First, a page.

When I first met Kuroda Tetsuzan sensei over 20 years ago, he had just arrived to teach his first seminar at the Dojo of the Four Winds. He gave each of us attending a copy of a handwritten treatise on the “theories” that he would begin to teach us. This information is held dear by those of use who received it, and what followed from that information and the following days of training became the crack to the door of understanding kata as taught in koryu….as taught in Shinbukan…as we came to practice it in our Nami ryu kata.
“Real fighting changes endlessly” was the phrase that released me from the bondage of trying to understand kata as a drilling system for what to do situationally. Situations that never really showed up “in a fight”. I came to understand that the bunkai of my karate training was no longer something I needed to struggle with, and that the flowing Korean hyungs I learned earlier in life had more depth in them than what I had accessed.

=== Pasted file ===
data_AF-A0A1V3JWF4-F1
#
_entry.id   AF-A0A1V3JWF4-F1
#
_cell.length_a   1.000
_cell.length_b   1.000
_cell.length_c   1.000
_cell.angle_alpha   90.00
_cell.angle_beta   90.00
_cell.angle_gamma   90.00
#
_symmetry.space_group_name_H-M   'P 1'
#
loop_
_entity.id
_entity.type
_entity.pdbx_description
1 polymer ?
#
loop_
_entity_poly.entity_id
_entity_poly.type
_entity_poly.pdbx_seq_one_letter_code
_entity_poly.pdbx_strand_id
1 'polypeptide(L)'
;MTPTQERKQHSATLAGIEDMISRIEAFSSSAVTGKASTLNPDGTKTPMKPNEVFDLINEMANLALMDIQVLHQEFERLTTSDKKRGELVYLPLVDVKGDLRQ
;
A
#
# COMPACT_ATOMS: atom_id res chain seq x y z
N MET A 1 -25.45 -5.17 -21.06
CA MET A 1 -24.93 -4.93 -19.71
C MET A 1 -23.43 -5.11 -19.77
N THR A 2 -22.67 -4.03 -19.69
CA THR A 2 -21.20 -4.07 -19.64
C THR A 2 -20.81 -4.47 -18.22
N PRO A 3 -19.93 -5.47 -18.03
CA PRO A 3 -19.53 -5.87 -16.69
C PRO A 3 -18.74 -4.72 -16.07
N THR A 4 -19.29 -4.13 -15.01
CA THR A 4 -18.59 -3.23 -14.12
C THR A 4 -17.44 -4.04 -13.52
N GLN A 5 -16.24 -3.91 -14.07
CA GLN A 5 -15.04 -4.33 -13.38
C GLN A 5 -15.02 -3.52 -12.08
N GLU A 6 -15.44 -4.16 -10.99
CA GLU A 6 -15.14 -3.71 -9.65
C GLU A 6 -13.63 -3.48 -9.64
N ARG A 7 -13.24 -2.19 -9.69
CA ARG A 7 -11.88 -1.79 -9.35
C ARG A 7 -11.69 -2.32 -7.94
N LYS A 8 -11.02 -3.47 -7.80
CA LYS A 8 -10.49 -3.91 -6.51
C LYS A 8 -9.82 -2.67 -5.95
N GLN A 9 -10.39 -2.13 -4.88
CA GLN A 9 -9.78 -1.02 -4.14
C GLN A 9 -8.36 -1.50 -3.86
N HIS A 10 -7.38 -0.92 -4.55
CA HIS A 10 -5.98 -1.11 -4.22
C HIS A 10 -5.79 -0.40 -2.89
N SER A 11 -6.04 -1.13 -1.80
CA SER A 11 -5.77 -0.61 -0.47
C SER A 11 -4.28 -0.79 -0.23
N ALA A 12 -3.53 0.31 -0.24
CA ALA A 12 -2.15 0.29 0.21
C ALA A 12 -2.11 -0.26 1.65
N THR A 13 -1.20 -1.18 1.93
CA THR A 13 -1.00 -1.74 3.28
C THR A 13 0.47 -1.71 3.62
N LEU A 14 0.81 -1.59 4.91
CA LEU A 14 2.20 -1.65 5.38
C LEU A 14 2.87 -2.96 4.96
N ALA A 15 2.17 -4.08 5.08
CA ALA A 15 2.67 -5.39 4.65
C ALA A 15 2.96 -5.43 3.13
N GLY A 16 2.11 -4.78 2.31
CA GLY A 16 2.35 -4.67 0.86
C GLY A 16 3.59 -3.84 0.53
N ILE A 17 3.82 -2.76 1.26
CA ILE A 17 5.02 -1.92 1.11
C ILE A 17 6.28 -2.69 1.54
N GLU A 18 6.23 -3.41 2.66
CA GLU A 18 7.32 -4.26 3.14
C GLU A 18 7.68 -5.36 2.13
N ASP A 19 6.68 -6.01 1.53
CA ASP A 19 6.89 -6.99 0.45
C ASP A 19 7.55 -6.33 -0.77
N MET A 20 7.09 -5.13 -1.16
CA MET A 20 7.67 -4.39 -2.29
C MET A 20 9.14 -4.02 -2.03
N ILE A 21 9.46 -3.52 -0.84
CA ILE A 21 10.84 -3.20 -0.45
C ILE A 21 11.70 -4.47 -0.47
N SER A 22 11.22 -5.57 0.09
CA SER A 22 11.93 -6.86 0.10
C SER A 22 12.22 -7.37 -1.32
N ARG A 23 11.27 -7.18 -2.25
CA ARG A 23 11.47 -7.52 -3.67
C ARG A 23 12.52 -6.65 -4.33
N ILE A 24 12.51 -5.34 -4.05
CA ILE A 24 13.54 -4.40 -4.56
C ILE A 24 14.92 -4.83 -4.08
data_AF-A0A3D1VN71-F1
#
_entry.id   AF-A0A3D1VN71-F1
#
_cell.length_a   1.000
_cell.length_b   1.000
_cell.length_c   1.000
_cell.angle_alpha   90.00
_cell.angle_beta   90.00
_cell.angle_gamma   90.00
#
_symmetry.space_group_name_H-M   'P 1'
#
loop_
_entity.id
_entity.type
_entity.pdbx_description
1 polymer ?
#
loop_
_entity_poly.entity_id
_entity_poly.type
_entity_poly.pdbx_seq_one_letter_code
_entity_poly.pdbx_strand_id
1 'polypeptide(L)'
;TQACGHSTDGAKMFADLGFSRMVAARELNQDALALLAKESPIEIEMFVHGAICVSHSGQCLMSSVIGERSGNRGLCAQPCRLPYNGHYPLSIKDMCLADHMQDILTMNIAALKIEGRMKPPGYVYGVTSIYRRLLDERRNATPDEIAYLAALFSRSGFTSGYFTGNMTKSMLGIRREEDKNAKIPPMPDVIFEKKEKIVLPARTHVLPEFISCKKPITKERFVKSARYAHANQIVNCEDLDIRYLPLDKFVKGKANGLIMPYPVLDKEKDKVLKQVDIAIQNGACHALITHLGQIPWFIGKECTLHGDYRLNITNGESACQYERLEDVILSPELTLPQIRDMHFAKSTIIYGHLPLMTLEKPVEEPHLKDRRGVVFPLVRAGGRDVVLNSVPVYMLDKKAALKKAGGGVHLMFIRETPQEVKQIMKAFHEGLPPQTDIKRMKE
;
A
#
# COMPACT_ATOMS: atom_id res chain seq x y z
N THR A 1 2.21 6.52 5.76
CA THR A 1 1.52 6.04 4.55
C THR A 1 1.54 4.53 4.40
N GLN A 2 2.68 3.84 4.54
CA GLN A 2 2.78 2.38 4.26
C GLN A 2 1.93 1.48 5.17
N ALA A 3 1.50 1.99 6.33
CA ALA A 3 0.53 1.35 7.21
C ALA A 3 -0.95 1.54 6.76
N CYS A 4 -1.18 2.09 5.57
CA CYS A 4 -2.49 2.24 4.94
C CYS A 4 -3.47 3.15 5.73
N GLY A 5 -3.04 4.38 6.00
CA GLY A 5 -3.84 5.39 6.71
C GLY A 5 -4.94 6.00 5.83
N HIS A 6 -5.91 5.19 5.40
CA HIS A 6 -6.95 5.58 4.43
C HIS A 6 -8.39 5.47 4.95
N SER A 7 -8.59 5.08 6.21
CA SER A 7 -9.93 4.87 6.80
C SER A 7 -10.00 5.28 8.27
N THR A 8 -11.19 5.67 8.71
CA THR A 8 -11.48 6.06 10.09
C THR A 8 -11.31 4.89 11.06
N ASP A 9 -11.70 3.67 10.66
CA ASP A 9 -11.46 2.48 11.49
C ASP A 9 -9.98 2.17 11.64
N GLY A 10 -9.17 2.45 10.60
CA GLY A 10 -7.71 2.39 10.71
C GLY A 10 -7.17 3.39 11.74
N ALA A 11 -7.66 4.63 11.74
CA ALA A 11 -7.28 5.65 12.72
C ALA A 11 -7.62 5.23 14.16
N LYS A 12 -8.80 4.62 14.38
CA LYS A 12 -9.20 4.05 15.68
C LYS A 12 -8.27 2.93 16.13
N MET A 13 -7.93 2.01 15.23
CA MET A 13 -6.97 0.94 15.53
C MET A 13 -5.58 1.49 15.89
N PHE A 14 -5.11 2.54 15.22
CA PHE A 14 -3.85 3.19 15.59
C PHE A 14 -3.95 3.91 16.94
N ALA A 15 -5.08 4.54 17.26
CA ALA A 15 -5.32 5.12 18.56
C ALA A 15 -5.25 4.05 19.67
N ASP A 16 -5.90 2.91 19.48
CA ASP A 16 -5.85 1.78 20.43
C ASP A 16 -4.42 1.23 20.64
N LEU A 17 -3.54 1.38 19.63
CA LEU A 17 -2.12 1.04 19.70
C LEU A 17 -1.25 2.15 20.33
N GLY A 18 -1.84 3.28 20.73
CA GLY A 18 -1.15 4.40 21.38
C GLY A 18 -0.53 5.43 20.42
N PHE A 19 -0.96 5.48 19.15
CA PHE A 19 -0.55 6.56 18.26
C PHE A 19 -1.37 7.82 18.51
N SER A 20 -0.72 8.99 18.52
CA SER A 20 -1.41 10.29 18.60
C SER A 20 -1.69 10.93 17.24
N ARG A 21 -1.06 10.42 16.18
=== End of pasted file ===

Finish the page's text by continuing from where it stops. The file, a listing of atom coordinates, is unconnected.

Those initial one and two person kata were more choreography in my limited understanding, yet a good base for beginning to learn coordinated movement. That early practice and learning opened me to a search for meaning that I often found easier to see as pattern conditioning.
The quandary of these movements eventually took me to search out the paradoxical interactions that I experienced in the truly adept practitioners I have always been lucky to find on my path. These were the folks that were different than what my very special teacher Big Dave described as “wind dancers”.
Kata as a training system became deeper, principle developing, and formed a new codex for movement, and eventually how I changed (and continue to change) who I am in the context of kenjutsu. The context of kenjutsu, became with guidance, the purpose of jujutsu and the skillsets that we incorporate into our Aiki Heiho.
Further down the decades, Kuroda sensei described the evolution of what he was teaching us, with the phrase “at first you cannot move”. That taught me that there is never an end in sight. Williams sensei keeps getting better with a compass pointing to “strive forward”.
Coming to understand our Principles of Nami ryu, beginning with Williams sensei’s teaching that we do not “contest for space…” has allowed me to stop trying to survive kata practice through winning; instead, I can focus and become more critical about my precision.
In turn, when practicing waza, pattern drilling, sparring, or just working on my understandings of movement, I now have the opportunity to question how the katas are working in me, instead of how they can work on someone else.